Unions mock govt over 4k new teachers 

Source: Unions mock govt over 4k new teachers – NewsDay Zimbabwe

BY TAFADZWA KACHIKO
Labour unions representing teachers say the announcement by government that it had recruited an estimated 4 000 teachers was a joke, saying the country has over about 50 000 vacant posts.

Primary and Secondary Education minister Evelyn Ndlovu told Parliament on Wednesday that the ministry had recruited 3 900 teachers to address a critical shortage of teaching staff in government schools.

Early this year, the ministry said it was targeting to recruit at least 10 000 teachers in 2022.

However, unions said the country suffered a serious shortage of teachers as educators were quitting their jobs en masse to protest poor salaries.

“The number is a drop in the sand because we have a serious shortage in the education sector. Teachers are resigning daily out of frustrations emanating from poor remunerations,” Educators Union of Zimbabwe secretary-general Tapedza Zhou told NewsDay Weekender.

Progressive Teachers Union of Zimbabwe president Takavafira Zhou said a survey by the union revealed that the deficit of teachers in the education sector was nearly 50 000.

“This recruitment is insignificant and we urge government to speedily address the deficit in schools so that we address the high teacher: pupil ratio,” he said.

Amalgamated Rural Teachers Union of Zimbabwe president Obert Masaraure said: “While they are recruiting, teachers are leaving the profession en masse,” he said.

“The underpayment of teachers has reduced them to paupers and made the profession unattractive. Some of the recruited teachers are refusing to go to work having realised that they signed up for poverty.”

Zimbabwe Union of School Heads secretary-general Munyaradzi Majoni urged authorities to recruit more teachers to address the challenges of staff shortages.

“In addition, deliberate efforts must be made to address welfare challenges, especially finding a permanent solution to salary disputes between teachers and their employer so that high staff turnover is curbed,” Majoni said.

According to Primary and Secondary Education spokesperson Taungana Ndoro, Zimbabwe currently has an estimated 145 000 teachers against 4,6 million learners.

Ndoro denied that the country had a shortfall of an estimated 50 000 teachers despite noting the existing staffing challenges

“The 3 906 teachers were recruited to add on to the close to 1 500 recruited in March as the Ministry moves towards the 10 000 which it aims to employ before the end of the year,” he said.

Teachers and government have been at loggerheads over poor salaries and working conditions, with educators demanding pre-2018 salaries of US$540 or the equivalent in local currency at the interbank rate.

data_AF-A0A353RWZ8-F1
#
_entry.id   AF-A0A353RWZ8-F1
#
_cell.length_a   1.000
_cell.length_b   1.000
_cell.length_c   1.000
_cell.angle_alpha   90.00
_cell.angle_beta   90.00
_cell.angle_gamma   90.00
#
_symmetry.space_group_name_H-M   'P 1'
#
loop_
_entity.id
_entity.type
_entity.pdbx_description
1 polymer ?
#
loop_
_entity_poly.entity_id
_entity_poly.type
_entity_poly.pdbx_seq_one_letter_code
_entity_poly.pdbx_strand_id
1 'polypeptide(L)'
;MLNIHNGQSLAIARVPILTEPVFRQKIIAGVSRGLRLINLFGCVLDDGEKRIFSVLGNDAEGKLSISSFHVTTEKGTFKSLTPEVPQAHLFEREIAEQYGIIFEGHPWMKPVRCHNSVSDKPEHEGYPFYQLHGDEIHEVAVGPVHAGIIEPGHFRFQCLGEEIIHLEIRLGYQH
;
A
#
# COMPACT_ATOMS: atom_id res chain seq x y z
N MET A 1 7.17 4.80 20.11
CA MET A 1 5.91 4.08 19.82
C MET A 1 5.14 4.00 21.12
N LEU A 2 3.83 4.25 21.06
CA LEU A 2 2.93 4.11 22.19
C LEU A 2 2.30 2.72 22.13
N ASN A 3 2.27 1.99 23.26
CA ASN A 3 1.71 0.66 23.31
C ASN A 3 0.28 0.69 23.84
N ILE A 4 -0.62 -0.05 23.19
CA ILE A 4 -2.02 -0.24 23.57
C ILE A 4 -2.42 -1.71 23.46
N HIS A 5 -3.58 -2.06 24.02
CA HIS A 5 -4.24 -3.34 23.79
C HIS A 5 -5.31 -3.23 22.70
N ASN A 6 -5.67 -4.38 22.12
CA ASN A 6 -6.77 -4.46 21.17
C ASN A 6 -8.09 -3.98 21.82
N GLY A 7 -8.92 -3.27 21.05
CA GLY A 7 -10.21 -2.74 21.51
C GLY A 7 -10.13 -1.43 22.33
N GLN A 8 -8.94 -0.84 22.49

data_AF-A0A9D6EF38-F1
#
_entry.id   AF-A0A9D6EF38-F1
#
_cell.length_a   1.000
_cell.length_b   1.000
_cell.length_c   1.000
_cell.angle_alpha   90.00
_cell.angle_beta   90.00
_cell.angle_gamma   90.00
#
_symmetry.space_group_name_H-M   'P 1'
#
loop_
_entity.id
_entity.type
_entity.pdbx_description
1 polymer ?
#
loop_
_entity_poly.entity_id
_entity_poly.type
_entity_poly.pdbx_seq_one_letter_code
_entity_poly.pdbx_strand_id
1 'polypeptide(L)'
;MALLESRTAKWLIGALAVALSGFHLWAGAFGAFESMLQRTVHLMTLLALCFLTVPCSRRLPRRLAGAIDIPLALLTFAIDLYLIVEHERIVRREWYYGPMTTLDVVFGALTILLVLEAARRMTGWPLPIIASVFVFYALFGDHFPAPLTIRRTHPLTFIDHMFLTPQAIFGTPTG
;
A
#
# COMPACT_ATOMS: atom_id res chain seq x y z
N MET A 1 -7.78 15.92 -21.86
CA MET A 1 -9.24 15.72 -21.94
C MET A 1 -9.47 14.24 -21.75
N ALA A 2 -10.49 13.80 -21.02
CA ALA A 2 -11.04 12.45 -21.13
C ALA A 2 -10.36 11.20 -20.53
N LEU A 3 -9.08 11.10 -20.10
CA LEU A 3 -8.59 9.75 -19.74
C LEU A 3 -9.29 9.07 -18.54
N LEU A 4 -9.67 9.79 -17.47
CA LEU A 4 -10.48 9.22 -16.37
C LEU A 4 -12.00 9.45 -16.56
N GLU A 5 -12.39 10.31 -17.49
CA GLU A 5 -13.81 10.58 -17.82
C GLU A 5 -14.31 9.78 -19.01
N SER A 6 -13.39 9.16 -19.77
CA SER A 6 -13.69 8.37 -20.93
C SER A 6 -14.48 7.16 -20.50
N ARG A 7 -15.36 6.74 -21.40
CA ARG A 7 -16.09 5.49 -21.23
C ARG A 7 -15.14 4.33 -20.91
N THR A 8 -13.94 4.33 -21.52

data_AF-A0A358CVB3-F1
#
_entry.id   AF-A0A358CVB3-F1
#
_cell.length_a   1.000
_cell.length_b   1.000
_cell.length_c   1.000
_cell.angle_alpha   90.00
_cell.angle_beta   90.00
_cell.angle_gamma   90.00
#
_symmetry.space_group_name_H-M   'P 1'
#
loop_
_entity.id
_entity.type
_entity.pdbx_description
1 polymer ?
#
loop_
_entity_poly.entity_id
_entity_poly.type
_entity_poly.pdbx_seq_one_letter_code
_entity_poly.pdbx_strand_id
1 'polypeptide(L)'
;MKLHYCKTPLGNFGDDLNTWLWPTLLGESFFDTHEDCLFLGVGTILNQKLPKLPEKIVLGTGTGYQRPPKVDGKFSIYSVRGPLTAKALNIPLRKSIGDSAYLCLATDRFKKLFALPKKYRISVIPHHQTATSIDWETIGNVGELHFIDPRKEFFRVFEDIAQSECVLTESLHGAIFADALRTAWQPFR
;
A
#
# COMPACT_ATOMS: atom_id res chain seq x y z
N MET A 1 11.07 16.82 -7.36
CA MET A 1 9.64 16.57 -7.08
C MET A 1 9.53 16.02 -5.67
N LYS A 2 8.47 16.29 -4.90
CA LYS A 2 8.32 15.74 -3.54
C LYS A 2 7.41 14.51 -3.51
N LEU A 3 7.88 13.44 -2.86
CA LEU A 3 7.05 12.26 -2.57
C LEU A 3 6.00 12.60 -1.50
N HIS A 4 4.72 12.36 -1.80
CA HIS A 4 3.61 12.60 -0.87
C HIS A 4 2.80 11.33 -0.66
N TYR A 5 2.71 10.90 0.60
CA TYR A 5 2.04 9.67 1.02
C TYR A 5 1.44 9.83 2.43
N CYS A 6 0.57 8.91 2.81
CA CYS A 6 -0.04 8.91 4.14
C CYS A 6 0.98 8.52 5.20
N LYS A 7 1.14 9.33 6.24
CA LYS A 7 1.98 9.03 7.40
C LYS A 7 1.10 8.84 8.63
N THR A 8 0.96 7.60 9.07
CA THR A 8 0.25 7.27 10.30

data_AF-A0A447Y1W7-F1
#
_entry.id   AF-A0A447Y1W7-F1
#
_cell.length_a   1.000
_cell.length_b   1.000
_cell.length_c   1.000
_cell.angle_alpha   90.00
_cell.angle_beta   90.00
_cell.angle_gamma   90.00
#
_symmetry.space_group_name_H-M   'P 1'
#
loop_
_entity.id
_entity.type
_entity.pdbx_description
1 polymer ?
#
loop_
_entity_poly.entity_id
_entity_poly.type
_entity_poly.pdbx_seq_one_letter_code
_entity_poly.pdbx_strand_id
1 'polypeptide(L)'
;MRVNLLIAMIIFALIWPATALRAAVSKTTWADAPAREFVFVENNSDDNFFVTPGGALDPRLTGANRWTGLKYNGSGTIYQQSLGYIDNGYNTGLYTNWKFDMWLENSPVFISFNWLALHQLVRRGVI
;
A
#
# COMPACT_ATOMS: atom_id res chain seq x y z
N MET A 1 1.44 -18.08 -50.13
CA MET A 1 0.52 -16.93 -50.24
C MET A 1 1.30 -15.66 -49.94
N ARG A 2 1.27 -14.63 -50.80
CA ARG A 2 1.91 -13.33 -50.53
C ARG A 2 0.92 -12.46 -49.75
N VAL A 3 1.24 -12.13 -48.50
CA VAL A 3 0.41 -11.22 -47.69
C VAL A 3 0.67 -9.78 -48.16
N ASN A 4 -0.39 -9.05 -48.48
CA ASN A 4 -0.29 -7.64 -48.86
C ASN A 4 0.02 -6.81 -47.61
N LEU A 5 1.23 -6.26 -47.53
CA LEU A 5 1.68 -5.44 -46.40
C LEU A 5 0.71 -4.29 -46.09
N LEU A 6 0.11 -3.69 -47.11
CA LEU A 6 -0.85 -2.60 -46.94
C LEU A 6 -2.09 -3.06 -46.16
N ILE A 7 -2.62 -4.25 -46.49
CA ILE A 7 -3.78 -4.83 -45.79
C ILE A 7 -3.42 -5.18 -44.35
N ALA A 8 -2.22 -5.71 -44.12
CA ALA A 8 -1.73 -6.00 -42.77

Early this year, government suspended a number of educators for going on strike demanding better salaries and working conditions.

Government also docked part of their salaries.

COMMENTS

WORDPRESS: 3
  • comment-avatar
    Sankonjane 1 month ago

    ZANU despots do want quality education – as most of the democratic world recognizes and aspires to – available to our young people! Properly and expansively educated young people will soon begin to question closely, the morality and justifications of Zimbabwe’s “liberating” leadership, then they will challenge!!
    Look for Ed and his “yes men” to install ZANU youth as advanced education specialists in our schools. Already largely uneducated, ignorant and emotionally distorted by “liberation heroes” philosophies and beliefs, these drones are ideally suited to ensure the values and beliefs of Ed and his buddies become even more ingrained in Zimbabwe national psyche!

  • comment-avatar
    Antelopemine. 1 month ago

    Education, like just about every other social mechanism needed to serve and maintain quality lifestyle and hope for the future of inhabitants in any country, has eroded and disintegrated since the white oppressors left.
    Why could we not maintain the educational standards – minimal though they were – that the Rhodesians established for black people. Compulsory and government funded up to standard six. Even private (white) schools were an option for those of us who could pay. After inheriting a prosperous and fully functioning country, why could our new leadership not simply follow the pattern established by the racists, and even expand “black education” into the many former white state schools with newly reduced pupil rolls? Oh, I forgot, our “liberating leaders” were clearly more concerned with accumulating every possible dollar for themselves and imposing indelible control and subjection on their newly liberated supporters.

  • comment-avatar
    Dr Ace Mukadota PhD 1 month ago

    Does this include the teachers coming to ZW from Cuba comrades ?
    They will teach us about poverty as they are one of the few countries on the planet poorer than ZW.